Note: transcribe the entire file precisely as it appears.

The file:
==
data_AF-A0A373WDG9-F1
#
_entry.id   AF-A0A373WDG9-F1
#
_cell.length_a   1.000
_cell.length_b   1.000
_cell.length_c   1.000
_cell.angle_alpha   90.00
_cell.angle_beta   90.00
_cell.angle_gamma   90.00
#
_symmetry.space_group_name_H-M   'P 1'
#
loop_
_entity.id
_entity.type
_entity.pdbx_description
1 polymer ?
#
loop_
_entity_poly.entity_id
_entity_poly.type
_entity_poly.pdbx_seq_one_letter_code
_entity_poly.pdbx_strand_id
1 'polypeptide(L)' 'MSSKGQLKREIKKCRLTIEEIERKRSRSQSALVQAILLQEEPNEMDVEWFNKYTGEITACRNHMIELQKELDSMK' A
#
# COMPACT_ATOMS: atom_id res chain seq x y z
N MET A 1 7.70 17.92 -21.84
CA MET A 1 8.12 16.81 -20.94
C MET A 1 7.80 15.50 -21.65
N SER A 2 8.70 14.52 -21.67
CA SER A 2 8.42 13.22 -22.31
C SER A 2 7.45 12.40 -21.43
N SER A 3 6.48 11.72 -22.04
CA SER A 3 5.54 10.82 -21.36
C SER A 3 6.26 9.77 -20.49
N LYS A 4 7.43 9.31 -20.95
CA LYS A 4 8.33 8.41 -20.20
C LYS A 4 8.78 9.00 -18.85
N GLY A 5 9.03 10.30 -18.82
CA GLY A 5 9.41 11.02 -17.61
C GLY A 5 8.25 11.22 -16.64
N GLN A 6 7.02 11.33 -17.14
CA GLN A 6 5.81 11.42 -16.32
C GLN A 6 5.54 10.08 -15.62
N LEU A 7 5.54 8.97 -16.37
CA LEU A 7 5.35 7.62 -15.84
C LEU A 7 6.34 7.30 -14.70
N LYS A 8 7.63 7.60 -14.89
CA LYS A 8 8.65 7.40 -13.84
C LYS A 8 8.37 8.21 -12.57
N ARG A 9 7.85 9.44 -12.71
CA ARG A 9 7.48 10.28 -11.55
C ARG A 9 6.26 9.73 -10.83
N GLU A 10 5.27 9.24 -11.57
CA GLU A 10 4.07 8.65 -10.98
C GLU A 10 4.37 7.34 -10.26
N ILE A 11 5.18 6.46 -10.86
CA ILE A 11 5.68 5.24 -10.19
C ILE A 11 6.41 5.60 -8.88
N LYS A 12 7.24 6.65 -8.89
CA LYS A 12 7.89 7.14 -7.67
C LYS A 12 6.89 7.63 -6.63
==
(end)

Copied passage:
data_AF-A0A373WDG9-F1
#
_entry.id   AF-A0A373WDG9-F1
#
_cell.length_a   1.000
_cell.length_b   1.000
_cell.length_c   1.000
_cell.angle_alpha   90.00
_cell.angle_beta   90.00
_cell.angle_gamma   90.00
#
_symmetry.space_group_name_H-M   'P 1'
#
loop_
_entity.id
_entity.type
_entity.pdbx_description
1 polymer ?
#
loop_
_entity_poly.entity_id
_entity_poly.type
_entity_poly.pdbx_seq_one_letter_code
_entity_poly.pdbx_strand_id
1 'polypeptide(L)' 'MSSKGQLKREIKKCRLTIEEIERKRSRSQSALVQAILLQEEPNEMDVEWFNKYTGEITACRNHMIELQKELDSMK' A
#
# COMPACT_ATOMS: atom_id res chain seq x y z
N MET A 1 7.70 17.92 -21.84
CA MET A 1 8.12 16.81 -20.94
C MET A 1 7.80 15.50 -21.65
N SER A 2 8.70 14.52 -21.67
CA SER A 2 8.42 13.22 -22.31
C SER A 2 7.45 12.40 -21.43
N SER A 3 6.48 11.72 -22.04
CA SER A 3 5.54 10.82 -21.36
C SER A 3 6.26 9.77 -20.49
N LYS A 4 7.43 9.31 -20.95
CA LYS A 4 8.33 8.41 -20.20
C LYS A 4 8.78 9.00 -18.85
N GLY A 5 9.03 10.30 -18.82
CA GLY A 5 9.41 11.02 -17.61
C GLY A 5 8.25 11.22 -16.64
N GLN A 6 7.02 11.33 -17.14
CA GLN A 6 5.81 11.42 -16.32
C GLN A 6 5.54 10.08 -15.62
N LEU A 7 5.54 8.97 -16.37
CA LEU A 7 5.35 7.62 -15.84
C LEU A 7 6.34 7.30 -14.70
N LYS A 8 7.63 7.60 -14.89
CA LYS A 8 8.65 7.40 -13.84
C LYS A 8 8.37 8.21 -12.57
N ARG A 9 7.85 9.44 -12.71
CA ARG A 9 7.48 10.28 -11.55
C ARG A 9 6.26 9.73 -10.83
N GLU A 10 5.27 9.24 -11.57
CA GLU A 10 4.07 8.65 -10.98
C GLU A 10 4.37 7.34 -10.26
N ILE A 11 5.18 6.46 -10.86
CA ILE A 11 5.68 5.24 -10.19
C ILE A 11 6.41 5.60 -8.88
N LYS A 12 7.24 6.65 -8.89
CA LYS A 12 7.89 7.14 -7.67
C LYS A 12 6.89 7.63 -6.63